Editor’s Note: This article was originally published on the FCPA Blog.

A new survey found that Chief Compliance and Ethics Officers are struggling to effectively aggregate and analyze data due in part to outdated technology and a lack of available tools at their disposal.

The 2017 Ethics and Compliance Survey engaged more than 335 business ethics leaders across the United States and abroad.

The report, released this week by the Ethisphere and compliance services firm Convercent, found that respondents use up to ten different systems to collect and quantify data. But just 7 percent are connected through automated feeds.

Seventy-four percent said they use email mainly to collaborate and share data, which could result in a cumbersome process.

According to Ethisphere’s Erica Salmon Byrne, EVP and Executive Director, Business Ethics Leadership Alliance (BELA), the 2017 survey reveals several key issues facing ethics professionals including outdated technology and ineffective processes. At the same time, the survey highlights how companies can address challenges related to developing and executing meaningful ethics programs through greater data analysis, assigning meaningful metrics, and conducting efficient communication.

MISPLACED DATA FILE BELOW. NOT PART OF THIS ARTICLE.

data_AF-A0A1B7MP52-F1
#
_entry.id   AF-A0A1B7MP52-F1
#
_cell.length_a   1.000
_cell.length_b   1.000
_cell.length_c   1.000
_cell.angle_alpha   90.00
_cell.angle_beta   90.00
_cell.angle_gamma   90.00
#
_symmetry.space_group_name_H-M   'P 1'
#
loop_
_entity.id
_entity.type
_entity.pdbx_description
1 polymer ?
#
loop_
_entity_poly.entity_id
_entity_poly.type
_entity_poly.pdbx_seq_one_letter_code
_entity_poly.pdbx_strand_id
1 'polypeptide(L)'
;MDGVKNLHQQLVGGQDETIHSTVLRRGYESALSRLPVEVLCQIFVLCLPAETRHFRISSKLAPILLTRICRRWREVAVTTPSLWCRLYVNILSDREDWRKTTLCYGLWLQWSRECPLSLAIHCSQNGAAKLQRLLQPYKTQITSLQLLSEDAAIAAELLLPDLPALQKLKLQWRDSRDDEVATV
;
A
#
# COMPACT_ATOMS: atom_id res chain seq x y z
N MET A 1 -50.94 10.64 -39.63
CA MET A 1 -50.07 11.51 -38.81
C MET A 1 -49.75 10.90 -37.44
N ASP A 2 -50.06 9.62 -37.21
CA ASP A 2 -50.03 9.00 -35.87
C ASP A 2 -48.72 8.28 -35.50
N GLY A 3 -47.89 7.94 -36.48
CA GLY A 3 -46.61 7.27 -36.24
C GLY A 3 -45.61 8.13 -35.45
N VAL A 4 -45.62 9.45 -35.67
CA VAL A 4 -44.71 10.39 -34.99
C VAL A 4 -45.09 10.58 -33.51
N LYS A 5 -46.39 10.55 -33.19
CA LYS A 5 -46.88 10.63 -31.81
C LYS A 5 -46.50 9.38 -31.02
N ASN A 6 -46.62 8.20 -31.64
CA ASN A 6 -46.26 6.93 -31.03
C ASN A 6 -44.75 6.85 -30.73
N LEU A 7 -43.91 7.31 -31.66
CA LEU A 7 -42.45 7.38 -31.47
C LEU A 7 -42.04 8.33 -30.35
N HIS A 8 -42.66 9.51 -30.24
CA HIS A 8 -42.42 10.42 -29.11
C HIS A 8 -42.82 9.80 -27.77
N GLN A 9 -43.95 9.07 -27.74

“We have come so far over the course of the last decade, in terms of the data — the actual data that is available to companies,” said Byrne. “We’re starting to see data about employee turnover, employee culture and productivity, but we’re not 100 percent there yet because As the report points out, Most CECOs are forced to gather siloed data from multiple departments and that’s an issue we’ve got to solve as a community.”

Kimberly-Clark Corp, for example, an Ethisphere BELA member highlighted in the report that the company uses data to inform its ethics and compliance program KPIs. In turn, this allows the Texas-based company to identify trends and issues that can be addressed more quickly.

“The survey illuminates the toughest challenges, biggest opportunities, and evolving technologies for companies working to establish programs oriented around proactivity and doing the right thing,” said Patrick Quinlan, CEO and Co-Founder of Convercent.

Among the survey’s findings, other highlights include:

  • Why Tapping Into the “Voice of the Employee” is Critical: Effective intake methods are critical for gaining insight into the ethical health of an organization. Prioritizing what employees communicate and also how they communicate is crucial. Nearly 73 percent of employees in Ethisphere’s overall culture data set say they raise concerns with their manager; however many respondents admitted they do not track open door reports. This indicates many organizations are missing out on critical insights into the health of the organization.
  • Proof CECOs are Taking a Seat at the Table: This year’s survey found ethics and compliance professionals are getting more access to CEOs than ever before. Forty-seven percent said they speak with their CEOs more than once a month. And nearly half (44 percent) say they report regularly to the board. This is a positive indicator that top-line leadership is increasingly recognizing compliance and ethics as critical business differentiators. 

Click here to download the full report.